He was such a tough guy and so proud of it.
He came from a time when “real men were ten foot tall and bulletproof” and you sure don’t talk about your feelings.
I knew he was a softy under all that armour, and I didn’t dare say it.
I made my excuses and quickly exited to the dining room where everyone else were playing cards.
My bestie and her guy had returned. He was looking pale. She pulled me aside to say they needed to
make their way home.
She explained that he was the youngest of ten boys. Dinner time etiquette was “whoever got there first”.
Being the youngest and smallest often left him without.
At forty, he still carried the emotional scars of family meals.
Often she would remove the food from the table or he would continue eating till it was all gone.
Even if it made him sick.
This is no different than the side effects of alcohol or drugs.
Over consuming to point of vomiting or maybe even death.
Emotional wounds often don’t present in the physical to the untrained eye.
That Christmas passed and was the last family christmas that I felt the wonder and joy of the holiday.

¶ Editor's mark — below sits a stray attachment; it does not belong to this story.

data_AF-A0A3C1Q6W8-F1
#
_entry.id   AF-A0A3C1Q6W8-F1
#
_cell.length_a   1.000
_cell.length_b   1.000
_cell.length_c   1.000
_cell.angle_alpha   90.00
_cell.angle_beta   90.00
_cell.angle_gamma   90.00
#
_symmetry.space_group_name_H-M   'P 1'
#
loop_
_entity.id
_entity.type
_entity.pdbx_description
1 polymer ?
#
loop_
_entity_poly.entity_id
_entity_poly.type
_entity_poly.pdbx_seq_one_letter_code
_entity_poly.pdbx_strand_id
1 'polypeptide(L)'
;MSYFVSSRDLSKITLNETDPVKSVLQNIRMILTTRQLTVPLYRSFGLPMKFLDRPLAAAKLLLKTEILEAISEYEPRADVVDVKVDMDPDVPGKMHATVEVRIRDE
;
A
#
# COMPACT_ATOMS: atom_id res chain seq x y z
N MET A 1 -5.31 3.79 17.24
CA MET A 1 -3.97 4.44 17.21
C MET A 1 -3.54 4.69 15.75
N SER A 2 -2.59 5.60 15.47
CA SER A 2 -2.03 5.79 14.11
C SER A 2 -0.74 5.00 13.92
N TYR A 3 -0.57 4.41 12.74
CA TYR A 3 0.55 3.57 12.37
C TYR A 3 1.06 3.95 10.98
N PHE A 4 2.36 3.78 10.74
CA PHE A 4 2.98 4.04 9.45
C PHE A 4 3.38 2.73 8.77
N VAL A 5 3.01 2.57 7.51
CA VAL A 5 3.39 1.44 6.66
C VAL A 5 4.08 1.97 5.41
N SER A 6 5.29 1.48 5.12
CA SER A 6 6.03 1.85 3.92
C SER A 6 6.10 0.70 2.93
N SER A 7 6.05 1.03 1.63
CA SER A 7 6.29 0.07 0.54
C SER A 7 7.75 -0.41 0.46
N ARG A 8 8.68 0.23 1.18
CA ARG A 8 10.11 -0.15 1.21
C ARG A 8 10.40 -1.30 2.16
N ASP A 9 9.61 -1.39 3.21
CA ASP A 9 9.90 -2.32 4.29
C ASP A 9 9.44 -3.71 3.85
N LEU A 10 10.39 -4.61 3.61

I shared one more Christmas in that first home before leaving the dream of the picture perfect life
I had created in my mind’s eye.
I attempted for many years to put on my holiday mask and make a big celebration.
Being a single mom for several years gave me the opportunity and gift of sharing insights with my little girls.
I realized how that depression at any holiday could come because of the emptiness any of us can feel
due to our life experience at any age.
That moment shared with my father in front of the tree was a defining moment. It started the process of looking back over family holidays and explained extra drinks or harsh words that at times seemed to come out for no reason.
I filled my little girls minds and hearts with thoughts of feeling complete in themselves.
I shared with them that they could celebrate the joy of Christmas every day of the year. That really excited them.
The act of giving a gift was for them to enjoy the pleasure in the eyes and heart of those receiving.
I loved the most precious moment when my four year old picked the present from under the tree to give to Grandpa Benny. The whole time she was watching his face to see the response.
If I only ever gave them one thing, this was it.
To me, is what Christmas is about.
Well that was thirtyish years ago, and today I am still working on myself.
Generational trauma comes in many forms. This year my husband said something that I so deeply
appreciated hearing. “They didn’t see how much you cared about them experiencing it”.
He really nailed it for me. I didn’t know why it bothered me so much.
I stopped putting up a tree and decorations in 2010.
I caught myself singing Christmas songs yesterday.
It’s a choice. Not always easy, but doable.
Be kind to yourself. Do what you need to do for you. Even if it means you do it without the ones
you think you’re supposed to be with, even if it’s with strangers or by yourself.
Healing is a choice.
Have a Happy Holiday this year Beautiful Soul